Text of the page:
19. That really should be "the position accuracy CAN/MIGHT/COULD get better the longer you stay there." THe other half of the time averaging makes absolutely no improvment or even decreased accuracy. Just depends how long one is prepared to stay and these days without SA most aren't prepared to spend the amount of time that is really required for averaging to be usefull have have some integrity. Cheers, Kerry.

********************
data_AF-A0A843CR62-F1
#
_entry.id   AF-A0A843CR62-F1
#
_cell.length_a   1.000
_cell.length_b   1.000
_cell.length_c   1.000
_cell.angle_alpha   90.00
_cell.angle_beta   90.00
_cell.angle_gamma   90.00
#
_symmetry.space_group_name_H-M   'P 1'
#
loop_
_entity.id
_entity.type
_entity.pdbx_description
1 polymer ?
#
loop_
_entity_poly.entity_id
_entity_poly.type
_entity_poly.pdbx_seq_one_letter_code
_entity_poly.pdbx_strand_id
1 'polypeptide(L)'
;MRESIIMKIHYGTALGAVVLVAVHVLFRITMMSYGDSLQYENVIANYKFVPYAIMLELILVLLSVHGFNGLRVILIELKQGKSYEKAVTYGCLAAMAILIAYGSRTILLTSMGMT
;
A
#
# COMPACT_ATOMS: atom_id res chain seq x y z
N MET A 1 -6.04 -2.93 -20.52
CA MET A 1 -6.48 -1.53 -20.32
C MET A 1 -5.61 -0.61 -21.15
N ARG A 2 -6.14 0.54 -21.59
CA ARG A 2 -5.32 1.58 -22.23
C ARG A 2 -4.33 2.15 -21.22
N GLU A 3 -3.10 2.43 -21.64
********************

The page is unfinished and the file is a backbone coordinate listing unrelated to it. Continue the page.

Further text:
20. Bit of a misconception and whoever told you that one forgot the rest of the infomation. 300 feet well that's possible as well. As for "Position Pinning" that rather different to averaging as it basically stops/locks the position until one has moved a short distance or moving at a slow speed. This was just to prevent the wandering affect of SA and gave this disallusion that the position was steady, which of course it wasn't. While Position Pinning is ON the unit is basically not navigating and simply displaying the last available position before the unit stopped. Much more important than averaging, which can be rather deceiving is being in the required location at the best possible time and take advantage when the best conditions exist. Cheers, Kerry.